Feria Food: Plataninas

Feria Food: Plataninas

If you want to know what plataninas, papalinas, poporopos and churros are, just follow the white rabbit!

Guatemala’s rich gastronomic heritage is “disappearing” right before our own very eyes. I try to capture and document some of it, but I am afraid I am doing it too slow.

Let me explain.

The other day I went to the tienda to buy some papalinas and I asked the girl at the counter for bag of papalinas. She looked dazed and confused and her hand kept on moving between the papalinas, plataninas and yuquitas. Finally, she admitted she did not know which was which. She solicited help to show her which was papalinas. She was about 18 years old so I inquired about her provenance; not willing to admit to myself that it was feasible for a Guatemalan teenager to not know what papalinas were.

In Guatemala, however, everyday the limits of what’s possible are pushed further out.

The tienda attendant was from a village not to far from La Antigua Guatemala.

Guatemala is certainly the land of “los desaparecidos (as).” :-(

To counteract el olvido, here’s a dose of Sobrevivencia… A Guatemalan Mayan rock band. Enjoy and let me know if you need more doses of Sobrevivencia!

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  • http://myhomemaderecipe.blogspot.com/ Rekha

    very nice blog,keep it up.

  • http://www.facebook.com/sheila.fernandes Sheila Fernandes

    I remember plataninas at the feria. The Mayan band is rally cool. Thank’s for the pic Rudy, nice.

  • http://manila-photos.blogspot.com Hilda

    Oh dear. That’s so sad. But it’s probably happening in the Philippines too.

    We have plantain (we call them ‘saba’) snacks that look almost exactly like these, but they’re not sliced lengthwise. Everybody just calls them banana chips.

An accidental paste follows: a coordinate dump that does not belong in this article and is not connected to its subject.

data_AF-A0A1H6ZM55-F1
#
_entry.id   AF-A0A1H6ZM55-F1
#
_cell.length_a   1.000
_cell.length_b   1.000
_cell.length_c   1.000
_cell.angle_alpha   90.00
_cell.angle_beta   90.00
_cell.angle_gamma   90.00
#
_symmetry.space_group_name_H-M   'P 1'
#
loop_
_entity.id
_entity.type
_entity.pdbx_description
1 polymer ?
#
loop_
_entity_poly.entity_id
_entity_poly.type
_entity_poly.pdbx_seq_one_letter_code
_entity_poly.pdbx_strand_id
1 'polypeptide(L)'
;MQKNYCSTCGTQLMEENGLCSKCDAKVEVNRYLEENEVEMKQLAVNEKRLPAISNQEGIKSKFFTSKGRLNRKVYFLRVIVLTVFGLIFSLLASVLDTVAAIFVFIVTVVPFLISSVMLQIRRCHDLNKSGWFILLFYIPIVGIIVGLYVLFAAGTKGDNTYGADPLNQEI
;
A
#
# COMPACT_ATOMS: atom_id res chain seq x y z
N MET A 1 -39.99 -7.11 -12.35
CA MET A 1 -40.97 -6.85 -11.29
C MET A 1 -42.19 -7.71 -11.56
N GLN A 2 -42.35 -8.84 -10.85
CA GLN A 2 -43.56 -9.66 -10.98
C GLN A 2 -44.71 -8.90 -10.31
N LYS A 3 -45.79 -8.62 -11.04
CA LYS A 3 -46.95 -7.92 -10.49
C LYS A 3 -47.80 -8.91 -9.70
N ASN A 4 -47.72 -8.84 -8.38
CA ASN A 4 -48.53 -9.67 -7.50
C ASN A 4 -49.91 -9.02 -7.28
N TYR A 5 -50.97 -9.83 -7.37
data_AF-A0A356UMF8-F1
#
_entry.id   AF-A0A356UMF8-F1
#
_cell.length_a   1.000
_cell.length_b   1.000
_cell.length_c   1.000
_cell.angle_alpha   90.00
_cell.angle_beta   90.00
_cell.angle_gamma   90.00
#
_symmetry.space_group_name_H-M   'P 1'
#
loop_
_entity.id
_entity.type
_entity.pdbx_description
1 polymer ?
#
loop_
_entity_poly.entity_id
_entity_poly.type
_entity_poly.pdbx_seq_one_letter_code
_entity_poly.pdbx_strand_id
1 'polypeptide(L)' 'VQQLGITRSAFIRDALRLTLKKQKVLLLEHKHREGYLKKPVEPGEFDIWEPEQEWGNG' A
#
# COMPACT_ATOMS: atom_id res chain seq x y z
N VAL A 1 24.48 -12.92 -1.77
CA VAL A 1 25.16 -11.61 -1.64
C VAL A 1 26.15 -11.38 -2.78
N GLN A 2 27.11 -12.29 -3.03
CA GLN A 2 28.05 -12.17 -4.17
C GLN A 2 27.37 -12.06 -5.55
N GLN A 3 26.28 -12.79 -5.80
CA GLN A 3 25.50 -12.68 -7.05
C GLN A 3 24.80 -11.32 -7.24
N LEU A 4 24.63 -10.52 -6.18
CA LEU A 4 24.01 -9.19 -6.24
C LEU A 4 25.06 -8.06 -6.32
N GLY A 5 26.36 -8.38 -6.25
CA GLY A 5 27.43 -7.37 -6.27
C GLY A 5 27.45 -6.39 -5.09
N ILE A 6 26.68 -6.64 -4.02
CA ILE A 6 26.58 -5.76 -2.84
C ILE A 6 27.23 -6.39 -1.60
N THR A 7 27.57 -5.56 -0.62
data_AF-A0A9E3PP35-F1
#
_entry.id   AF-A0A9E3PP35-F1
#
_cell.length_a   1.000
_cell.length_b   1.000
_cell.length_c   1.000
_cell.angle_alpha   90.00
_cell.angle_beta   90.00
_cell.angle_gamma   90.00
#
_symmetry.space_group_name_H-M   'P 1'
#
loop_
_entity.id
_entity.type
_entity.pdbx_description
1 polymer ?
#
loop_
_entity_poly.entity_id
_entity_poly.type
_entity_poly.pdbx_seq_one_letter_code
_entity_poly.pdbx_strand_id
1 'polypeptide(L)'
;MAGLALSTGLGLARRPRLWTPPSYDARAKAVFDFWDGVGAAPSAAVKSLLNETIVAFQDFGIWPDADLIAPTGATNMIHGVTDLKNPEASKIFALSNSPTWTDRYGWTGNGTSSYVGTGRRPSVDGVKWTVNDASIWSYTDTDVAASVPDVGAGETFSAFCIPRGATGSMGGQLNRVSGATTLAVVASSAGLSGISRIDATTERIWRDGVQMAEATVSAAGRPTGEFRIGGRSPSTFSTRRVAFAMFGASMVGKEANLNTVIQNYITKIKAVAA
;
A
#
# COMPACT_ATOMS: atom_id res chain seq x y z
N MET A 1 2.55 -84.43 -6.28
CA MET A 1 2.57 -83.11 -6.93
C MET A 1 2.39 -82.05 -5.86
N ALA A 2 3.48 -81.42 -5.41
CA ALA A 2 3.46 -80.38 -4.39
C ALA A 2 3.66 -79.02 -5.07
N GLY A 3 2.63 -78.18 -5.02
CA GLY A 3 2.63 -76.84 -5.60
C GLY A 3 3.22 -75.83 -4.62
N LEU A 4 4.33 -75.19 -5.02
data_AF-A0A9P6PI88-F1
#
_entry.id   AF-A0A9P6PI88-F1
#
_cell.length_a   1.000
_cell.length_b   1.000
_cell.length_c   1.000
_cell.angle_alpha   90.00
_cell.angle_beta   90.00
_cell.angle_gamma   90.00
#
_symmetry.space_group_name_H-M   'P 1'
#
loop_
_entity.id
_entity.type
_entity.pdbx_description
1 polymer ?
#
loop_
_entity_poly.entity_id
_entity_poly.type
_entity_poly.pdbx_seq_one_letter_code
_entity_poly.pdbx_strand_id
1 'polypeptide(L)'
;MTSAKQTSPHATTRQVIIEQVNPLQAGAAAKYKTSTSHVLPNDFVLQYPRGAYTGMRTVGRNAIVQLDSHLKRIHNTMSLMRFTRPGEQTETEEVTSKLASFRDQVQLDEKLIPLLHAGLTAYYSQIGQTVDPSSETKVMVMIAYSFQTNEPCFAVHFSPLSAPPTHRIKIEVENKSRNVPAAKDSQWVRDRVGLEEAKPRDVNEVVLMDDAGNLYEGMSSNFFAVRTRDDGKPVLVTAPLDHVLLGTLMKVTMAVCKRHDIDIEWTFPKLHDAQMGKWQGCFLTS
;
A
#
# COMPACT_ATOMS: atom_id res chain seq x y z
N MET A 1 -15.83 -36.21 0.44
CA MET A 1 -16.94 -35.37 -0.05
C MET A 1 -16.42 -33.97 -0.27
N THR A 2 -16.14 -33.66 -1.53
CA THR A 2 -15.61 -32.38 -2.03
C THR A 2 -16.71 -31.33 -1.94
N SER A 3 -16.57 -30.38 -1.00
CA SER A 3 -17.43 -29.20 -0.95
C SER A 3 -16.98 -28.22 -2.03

• Erick

    I was never a big fan of plataninas, but man, did I love me some churros; they are artery-clogging delicious.

  • Ed Hutchinson

    I just discovered your website the other day and it has brought back many pleasant memories of my year in Antigua.
    I lived in Antigua in 1976-77, not too long after the earthquake.
    I am planning to return to Antigua for the first time since then and will be looking up some of my Guatemalan friends.
    I was the resident gringo staff member of Estela Maya Language School, which was located not too far from El Arco.
    I have a great photo of the entire staff of Estela Maya and through this photo I hope to be able to locate some of the teachers, who were not much more than teenagers then. Hopefully, they’re still around, in spite of the tragic events which occurred shortly after I left Guatemala.
    Thanks for all the great photos–believe it or not, it looks like Antigua has not changed as much as I had feared.
    Que le vaya bien,

    Eduardo Hutchinson

  • http://www.facebook.com/emromesco Manolo

    Papalina es la que uno se pone cuando se pasa de traguitos.

  • MO

    One of my favorite snacks. I like them on the salty side (not too much).

  • Eric

    Con chile, limon y sal, son mis favoritos. Hoy. Manana, quien sabe ?

    @ Rudy – nice track from Grupo Sobrevivienca. Si, mas musica, por favor.

  • http://SpringtimeInspired.blogspot.com Jennifer

    Nice pic Rudy; I love papalinas, but since I prefer sweet stuff I have to go for the churros every time.

  • http://giramonda.com/ Laura McNamara

    Hombre, I’m addicted to these!

  • Martina M.

    Perooooooo ahora estoy curiosa: qué son al final esas famosas papalinas? Soy italiana, encontré el termino en un libro y no tengo ni idea de lo que son!

    • http://antiguadailyphoto.com Rudy

      Hola Martina, papalinas son las rodajas delgadas de papas fritas, potato chips en inglés, muy similar en forma a los Pringles, pero naturales y con el sabor auténtico de patata.

      • Martina M.

        Gracias Rudy, supergentil!!! :)